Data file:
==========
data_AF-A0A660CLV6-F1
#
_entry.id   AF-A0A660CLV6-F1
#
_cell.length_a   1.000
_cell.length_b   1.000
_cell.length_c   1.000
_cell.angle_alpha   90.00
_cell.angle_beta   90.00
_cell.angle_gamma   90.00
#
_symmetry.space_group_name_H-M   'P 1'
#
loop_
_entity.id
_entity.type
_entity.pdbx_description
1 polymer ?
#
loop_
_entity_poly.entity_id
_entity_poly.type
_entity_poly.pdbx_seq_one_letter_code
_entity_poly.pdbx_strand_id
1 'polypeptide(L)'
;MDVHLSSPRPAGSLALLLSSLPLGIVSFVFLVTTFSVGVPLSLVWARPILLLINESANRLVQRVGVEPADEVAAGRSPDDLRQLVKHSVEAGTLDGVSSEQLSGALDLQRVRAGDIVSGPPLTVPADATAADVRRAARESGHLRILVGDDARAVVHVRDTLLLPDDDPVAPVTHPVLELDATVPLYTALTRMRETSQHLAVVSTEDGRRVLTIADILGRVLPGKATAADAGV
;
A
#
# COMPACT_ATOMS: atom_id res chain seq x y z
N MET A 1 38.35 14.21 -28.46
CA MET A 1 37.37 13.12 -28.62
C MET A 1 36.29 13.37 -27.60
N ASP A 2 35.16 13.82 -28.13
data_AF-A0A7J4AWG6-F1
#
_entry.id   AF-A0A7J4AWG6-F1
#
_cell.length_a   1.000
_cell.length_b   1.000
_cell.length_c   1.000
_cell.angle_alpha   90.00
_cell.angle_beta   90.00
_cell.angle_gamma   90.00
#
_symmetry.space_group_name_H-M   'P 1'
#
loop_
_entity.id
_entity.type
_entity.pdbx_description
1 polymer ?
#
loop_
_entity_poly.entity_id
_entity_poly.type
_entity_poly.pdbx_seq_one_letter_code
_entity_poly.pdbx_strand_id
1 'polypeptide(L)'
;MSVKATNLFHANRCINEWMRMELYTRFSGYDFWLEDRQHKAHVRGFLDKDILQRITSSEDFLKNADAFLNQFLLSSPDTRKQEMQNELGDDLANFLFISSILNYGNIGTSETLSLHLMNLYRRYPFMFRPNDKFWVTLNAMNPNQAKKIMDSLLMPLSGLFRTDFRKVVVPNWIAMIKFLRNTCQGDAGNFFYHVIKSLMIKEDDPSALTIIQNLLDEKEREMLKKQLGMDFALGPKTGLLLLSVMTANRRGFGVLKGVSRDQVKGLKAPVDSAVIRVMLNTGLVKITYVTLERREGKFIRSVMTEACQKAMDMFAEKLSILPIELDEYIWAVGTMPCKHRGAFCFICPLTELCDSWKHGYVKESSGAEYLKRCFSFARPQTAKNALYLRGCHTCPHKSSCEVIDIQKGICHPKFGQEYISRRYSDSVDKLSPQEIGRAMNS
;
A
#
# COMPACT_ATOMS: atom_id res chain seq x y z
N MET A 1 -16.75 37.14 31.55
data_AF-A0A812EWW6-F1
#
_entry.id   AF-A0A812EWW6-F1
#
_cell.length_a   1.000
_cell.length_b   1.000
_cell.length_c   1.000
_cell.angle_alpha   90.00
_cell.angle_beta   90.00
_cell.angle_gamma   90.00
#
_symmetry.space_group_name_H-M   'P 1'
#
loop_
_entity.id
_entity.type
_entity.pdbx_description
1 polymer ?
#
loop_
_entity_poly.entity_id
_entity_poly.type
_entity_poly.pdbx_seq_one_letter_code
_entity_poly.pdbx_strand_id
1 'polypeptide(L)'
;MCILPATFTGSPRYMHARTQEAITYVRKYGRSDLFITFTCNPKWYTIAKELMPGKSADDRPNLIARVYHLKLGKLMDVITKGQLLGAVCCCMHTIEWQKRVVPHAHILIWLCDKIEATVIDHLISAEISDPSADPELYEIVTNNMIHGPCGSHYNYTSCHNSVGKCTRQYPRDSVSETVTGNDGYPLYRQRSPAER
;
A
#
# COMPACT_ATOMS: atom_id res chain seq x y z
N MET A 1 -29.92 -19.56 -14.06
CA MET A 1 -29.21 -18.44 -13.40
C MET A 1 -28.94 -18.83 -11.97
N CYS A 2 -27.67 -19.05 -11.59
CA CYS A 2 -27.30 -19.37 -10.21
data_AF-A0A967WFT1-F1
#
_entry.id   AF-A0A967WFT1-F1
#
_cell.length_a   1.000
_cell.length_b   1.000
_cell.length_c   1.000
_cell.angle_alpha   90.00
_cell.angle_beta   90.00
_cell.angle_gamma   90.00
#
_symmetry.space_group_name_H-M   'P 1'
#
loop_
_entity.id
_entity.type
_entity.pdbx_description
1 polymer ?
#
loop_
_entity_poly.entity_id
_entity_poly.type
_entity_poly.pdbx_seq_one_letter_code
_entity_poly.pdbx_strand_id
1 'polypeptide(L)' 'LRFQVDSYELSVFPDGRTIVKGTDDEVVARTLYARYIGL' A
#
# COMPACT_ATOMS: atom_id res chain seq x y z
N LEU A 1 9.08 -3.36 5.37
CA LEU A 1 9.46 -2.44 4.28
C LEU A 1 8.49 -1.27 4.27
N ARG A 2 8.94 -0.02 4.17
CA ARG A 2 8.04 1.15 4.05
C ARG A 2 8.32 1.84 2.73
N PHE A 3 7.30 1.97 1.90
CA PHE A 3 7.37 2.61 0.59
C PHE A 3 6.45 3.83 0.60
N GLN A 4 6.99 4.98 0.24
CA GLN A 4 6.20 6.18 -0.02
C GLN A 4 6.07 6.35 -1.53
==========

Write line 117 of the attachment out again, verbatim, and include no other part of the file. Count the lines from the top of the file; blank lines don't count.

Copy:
_entity.pdbx_description